Exploring the functional interaction between POSH and ALIX and the relevance to HIV-1 release

The ALG2-interacting protein X (ALIX)/AIP1 is an adaptor protein with multiple functions in intracellular protein trafficking that plays a central role in the biogenesis of enveloped viruses. The ubiquitin E3-ligase POSH (plenty of SH3) augments HIV-1 egress by facilitating the transport of Gag to the cell membrane. Recently, it was reported, that POSH interacts with ALIX and thereby enhances ALIX mediated phenotypes in Drosophila. This study identified ALIX as a POSH ubiquitination substrate in human cells: POSH induces the ubiquitination of ALIX that is modified on several lysine residues in vivo and in vitro. This ubiquitination does not destabilize ALIX, suggesting a regulatory function. As it is well established that ALIX rescues virus release of L-domain mutant HIV-1, HIV-1DeltaPTAP, this study demonstrated that wild type POSH, but not an ubiquitination inactive RING finger mutant (POSHV14A), substantially enhances ALIX-mediated release of infectious virions derived from HIV-1DeltaPTAP L-domain mutant (YPXnL-dependent HIV-1). In further agreement with the idea of a cooperative function of POSH and ALIX, mutating the YPXnL-ALIX binding site in Gag completely abrogated augmentation of virus release by overexpression of POSH. However, the effect of the POSH-mediated ubiquitination appears to be auxiliary, but not necessary, as silencing of POSH by RNAi does not disturb ALIX-augmentation of virus release. Thus, the cumulative results identified ALIX as an ubiquitination substrate of POSH and indicate that POSH and ALIX cooperate to facilitate efficient virus release. However, while ALIX is obligatory for the release of YPXnL-dependent HIV-1, POSH, albeit rate-limiting, may be functionally interchangeable (Votteler, 2009).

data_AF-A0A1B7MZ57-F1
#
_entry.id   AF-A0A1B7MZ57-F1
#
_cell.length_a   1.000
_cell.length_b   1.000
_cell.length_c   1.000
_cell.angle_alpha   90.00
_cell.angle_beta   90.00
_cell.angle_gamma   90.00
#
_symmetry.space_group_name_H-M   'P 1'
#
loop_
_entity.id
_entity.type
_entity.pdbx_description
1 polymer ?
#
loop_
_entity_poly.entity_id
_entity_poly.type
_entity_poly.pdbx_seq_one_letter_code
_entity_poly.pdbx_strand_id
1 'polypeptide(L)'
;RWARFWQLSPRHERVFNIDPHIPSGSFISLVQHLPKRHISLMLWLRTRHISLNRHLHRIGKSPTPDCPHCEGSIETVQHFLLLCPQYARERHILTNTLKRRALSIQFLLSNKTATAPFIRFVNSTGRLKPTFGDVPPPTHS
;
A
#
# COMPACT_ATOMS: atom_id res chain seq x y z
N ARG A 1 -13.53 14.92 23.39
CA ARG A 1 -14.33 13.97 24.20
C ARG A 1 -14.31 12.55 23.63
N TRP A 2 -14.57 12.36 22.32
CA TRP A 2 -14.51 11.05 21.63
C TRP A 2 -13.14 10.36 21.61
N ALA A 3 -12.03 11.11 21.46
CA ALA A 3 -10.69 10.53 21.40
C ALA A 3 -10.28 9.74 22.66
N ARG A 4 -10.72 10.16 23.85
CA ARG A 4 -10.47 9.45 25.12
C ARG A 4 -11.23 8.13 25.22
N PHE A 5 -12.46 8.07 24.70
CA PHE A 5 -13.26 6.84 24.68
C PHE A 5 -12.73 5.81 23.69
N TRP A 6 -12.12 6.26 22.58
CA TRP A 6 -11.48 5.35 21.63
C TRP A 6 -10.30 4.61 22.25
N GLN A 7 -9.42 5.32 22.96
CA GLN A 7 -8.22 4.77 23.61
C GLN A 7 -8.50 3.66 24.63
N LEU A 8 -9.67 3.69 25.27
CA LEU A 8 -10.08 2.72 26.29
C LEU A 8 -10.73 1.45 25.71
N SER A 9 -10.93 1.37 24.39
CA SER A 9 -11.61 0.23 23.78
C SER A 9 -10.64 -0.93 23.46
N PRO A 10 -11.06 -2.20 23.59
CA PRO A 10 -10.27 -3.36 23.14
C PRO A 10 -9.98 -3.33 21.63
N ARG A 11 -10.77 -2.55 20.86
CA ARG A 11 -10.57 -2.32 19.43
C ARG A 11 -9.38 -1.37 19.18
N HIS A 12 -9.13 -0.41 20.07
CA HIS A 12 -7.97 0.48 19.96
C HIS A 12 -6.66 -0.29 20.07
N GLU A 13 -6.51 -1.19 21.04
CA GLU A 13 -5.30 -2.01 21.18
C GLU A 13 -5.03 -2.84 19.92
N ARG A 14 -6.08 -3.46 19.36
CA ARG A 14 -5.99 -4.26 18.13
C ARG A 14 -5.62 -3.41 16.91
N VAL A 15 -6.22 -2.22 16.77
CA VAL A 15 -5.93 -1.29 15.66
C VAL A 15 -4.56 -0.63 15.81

Search PubMed for articles about Drosophila Alix1

Amorim, N. A., da Silva, E. M., de Castro, R. O., da Silva-Januario, M. E., Mendonca, L. M., Bonifacino, J. S., da Costa, L. J. and daSilva, L. L. (2014). Interaction of HIV-1 Nef protein with the host protein Alix promotes lysosomal targeting of CD4 receptor. J Biol Chem 289(40): 27744-27756. PubMed ID: 25118280

Eikenes, A. H., Malerod, L., Christensen, A. L., Steen, C. B., Mathieu, J., Nezis, I. P., Liestol, K., Huynh, J. R., Stenmark, H. and Haglund, K. (2015). ALIX and ESCRT-III coordinately control cytokinetic abscission during germline stem cell division in vivo. PLoS Genet 11: e1004904. PubMed ID: 25635693

Kaul, Z. and Chakrabarti, O. (2017). Tumor susceptibility gene 101 regulates predisposition to apoptosis via ESCRT machinery accessory proteins. Mol Biol Cell 28(15): 2106-2122. PubMed ID: 28539405

Malerod, L., Le Borgne, R., Lie-Jensen, A., Eikenes, A. H., Brech, A., Liestol, K., Stenmark, H. and Haglund, K. (2018). Centrosomal ALIX regulates mitotic spindle orientation by modulating astral microtubule dynamics. EMBO J. 37(13): PubMed ID: 29858227

Tsuda, M., Seong, K. H. and Aigaki, T. (2006). POSH, a scaffold protein for JNK signaling, binds to ALG-2 and ALIX in Drosophila. FEBS Lett. 580(13): 3296-300. 16698022

Votteler, J., Iavnilovitch, E., Fingrut, O., Shemesh, V., Taglicht, D., Erez, O., Sorgel, S., Walther, T., Bannert, N., Schubert, U. and Reiss, Y. (2009). Exploring the functional interaction between POSH and ALIX and the relevance to HIV-1 release. BMC Biochem 10: 12. PubMed ID: 19393081

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date revised: 21 January 2019